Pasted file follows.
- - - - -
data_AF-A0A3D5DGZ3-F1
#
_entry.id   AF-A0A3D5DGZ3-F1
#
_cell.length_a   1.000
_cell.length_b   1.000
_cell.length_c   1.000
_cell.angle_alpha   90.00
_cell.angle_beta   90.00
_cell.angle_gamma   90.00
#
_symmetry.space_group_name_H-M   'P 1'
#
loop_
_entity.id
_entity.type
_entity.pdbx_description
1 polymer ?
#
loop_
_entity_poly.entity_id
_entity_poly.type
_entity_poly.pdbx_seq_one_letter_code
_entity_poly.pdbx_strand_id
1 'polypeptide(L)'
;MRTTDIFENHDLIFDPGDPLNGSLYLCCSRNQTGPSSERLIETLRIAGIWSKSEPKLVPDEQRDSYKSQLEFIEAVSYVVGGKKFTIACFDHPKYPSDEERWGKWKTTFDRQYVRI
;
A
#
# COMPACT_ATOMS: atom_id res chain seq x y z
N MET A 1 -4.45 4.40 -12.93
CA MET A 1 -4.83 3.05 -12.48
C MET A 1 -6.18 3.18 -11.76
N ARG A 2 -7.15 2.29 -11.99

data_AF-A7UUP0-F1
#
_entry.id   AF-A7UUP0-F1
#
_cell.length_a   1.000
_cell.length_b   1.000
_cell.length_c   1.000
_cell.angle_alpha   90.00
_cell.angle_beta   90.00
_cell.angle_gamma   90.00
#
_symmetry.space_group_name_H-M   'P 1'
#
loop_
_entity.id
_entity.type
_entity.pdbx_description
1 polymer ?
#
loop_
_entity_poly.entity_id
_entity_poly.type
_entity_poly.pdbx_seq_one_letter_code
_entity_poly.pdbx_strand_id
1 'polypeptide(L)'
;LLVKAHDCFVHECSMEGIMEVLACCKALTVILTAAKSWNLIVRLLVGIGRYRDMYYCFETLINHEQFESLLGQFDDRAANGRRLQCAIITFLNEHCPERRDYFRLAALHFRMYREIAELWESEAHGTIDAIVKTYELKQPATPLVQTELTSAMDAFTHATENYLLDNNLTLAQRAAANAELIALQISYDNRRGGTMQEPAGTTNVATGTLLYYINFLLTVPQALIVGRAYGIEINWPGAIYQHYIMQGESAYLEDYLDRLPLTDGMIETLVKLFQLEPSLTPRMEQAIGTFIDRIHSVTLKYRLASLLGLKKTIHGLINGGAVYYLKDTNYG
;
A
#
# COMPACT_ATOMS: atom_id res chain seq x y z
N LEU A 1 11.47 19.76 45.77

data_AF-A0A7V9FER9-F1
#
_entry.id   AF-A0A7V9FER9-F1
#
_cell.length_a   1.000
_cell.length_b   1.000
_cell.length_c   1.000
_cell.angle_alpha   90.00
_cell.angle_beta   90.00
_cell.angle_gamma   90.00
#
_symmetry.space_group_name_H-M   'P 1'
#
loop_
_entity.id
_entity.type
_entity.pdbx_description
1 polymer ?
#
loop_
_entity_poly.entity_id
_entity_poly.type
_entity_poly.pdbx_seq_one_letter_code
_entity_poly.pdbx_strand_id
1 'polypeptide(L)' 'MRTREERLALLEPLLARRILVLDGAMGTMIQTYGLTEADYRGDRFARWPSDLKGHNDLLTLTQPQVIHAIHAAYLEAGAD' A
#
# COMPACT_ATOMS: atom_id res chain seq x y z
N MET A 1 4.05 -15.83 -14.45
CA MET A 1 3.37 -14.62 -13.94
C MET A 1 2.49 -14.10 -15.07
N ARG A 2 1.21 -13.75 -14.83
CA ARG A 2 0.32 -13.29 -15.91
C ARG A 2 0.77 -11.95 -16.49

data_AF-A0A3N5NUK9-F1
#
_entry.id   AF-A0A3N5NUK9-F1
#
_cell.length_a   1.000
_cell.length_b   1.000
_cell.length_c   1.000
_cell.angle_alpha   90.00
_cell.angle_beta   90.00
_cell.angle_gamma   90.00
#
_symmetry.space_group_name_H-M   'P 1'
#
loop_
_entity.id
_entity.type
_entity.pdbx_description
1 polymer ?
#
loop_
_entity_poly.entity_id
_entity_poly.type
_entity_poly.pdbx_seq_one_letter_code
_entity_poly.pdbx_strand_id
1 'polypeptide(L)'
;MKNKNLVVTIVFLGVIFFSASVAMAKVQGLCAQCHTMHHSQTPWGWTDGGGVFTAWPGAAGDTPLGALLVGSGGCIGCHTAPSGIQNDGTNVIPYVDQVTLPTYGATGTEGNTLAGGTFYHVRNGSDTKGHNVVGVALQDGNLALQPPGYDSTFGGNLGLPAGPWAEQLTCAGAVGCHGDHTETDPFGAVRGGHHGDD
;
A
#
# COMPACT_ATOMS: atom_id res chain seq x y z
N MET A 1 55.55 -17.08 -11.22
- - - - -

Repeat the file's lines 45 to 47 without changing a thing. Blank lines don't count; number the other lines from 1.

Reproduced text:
#
_symmetry.space_group_name_H-M   'P 1'
#